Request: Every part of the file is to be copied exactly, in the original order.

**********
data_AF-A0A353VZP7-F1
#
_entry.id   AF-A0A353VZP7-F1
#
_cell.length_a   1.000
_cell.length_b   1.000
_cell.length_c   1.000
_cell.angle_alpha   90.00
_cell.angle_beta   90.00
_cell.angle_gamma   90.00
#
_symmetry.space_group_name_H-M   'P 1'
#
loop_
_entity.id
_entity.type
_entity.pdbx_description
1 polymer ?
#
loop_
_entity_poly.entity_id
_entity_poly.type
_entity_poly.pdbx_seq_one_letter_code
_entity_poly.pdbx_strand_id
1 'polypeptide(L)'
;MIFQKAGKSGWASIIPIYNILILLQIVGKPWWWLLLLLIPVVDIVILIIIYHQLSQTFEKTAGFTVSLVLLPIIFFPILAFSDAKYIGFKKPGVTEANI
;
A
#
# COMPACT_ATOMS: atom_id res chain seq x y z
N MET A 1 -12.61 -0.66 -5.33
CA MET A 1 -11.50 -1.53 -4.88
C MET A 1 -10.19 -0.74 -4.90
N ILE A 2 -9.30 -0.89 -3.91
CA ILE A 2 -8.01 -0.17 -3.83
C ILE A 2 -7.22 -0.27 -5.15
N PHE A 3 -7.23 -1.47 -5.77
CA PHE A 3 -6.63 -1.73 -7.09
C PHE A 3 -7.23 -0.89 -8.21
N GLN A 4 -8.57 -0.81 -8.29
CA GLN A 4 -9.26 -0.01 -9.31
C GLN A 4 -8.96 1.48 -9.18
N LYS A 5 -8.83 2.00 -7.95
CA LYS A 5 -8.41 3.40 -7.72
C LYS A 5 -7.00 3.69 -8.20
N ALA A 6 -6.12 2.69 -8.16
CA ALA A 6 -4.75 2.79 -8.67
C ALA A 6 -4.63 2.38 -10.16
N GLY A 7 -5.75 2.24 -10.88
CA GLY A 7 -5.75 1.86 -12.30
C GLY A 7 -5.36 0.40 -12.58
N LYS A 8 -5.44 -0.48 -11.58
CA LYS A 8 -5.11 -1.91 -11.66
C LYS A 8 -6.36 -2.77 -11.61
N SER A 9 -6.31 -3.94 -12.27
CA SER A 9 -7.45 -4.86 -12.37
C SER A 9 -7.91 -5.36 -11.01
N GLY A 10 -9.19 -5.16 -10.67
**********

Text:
data_AF-A0A353VZP7-F1
#
_entry.id   AF-A0A353VZP7-F1
#
_cell.length_a   1.000
_cell.length_b   1.000
_cell.length_c   1.000
_cell.angle_alpha   90.00
_cell.angle_beta   90.00
_cell.angle_gamma   90.00
#
_symmetry.space_group_name_H-M   'P 1'
#
loop_
_entity.id
_entity.type
_entity.pdbx_description
1 polymer ?
#
loop_
_entity_poly.entity_id
_entity_poly.type
_entity_poly.pdbx_seq_one_letter_code
_entity_poly.pdbx_strand_id
1 'polypeptide(L)'
;MIFQKAGKSGWASIIPIYNILILLQIVGKPWWWLLLLLIPVVDIVILIIIYHQLSQTFEKTAGFTVSLVLLPIIFFPILAFSDAKYIGFKKPGVTEANI
;
A
#
# COMPACT_ATOMS: atom_id res chain seq x y z
N MET A 1 -12.61 -0.66 -5.33
CA MET A 1 -11.50 -1.53 -4.88
C MET A 1 -10.19 -0.74 -4.90
N ILE A 2 -9.30 -0.89 -3.91
CA ILE A 2 -8.01 -0.17 -3.83
C ILE A 2 -7.22 -0.27 -5.15
N PHE A 3 -7.23 -1.47 -5.77
CA PHE A 3 -6.63 -1.73 -7.09
C PHE A 3 -7.23 -0.89 -8.21
N GLN A 4 -8.57 -0.81 -8.29
CA GLN A 4 -9.26 -0.01 -9.31
C GLN A 4 -8.96 1.48 -9.18
N LYS A 5 -8.83 2.00 -7.95
CA LYS A 5 -8.41 3.40 -7.72
C LYS A 5 -7.00 3.69 -8.20
N ALA A 6 -6.12 2.69 -8.16
CA ALA A 6 -4.75 2.79 -8.67
C ALA A 6 -4.63 2.38 -10.16
N GLY A 7 -5.75 2.24 -10.88
CA GLY A 7 -5.75 1.86 -12.30
C GLY A 7 -5.36 0.40 -12.58
N LYS A 8 -5.44 -0.48 -11.58
CA LYS A 8 -5.11 -1.91 -11.66
C LYS A 8 -6.36 -2.77 -11.61
N SER A 9 -6.31 -3.94 -12.27
CA SER A 9 -7.45 -4.86 -12.37
C SER A 9 -7.91 -5.36 -11.01
N GLY A 10 -9.19 -5.16 -10.67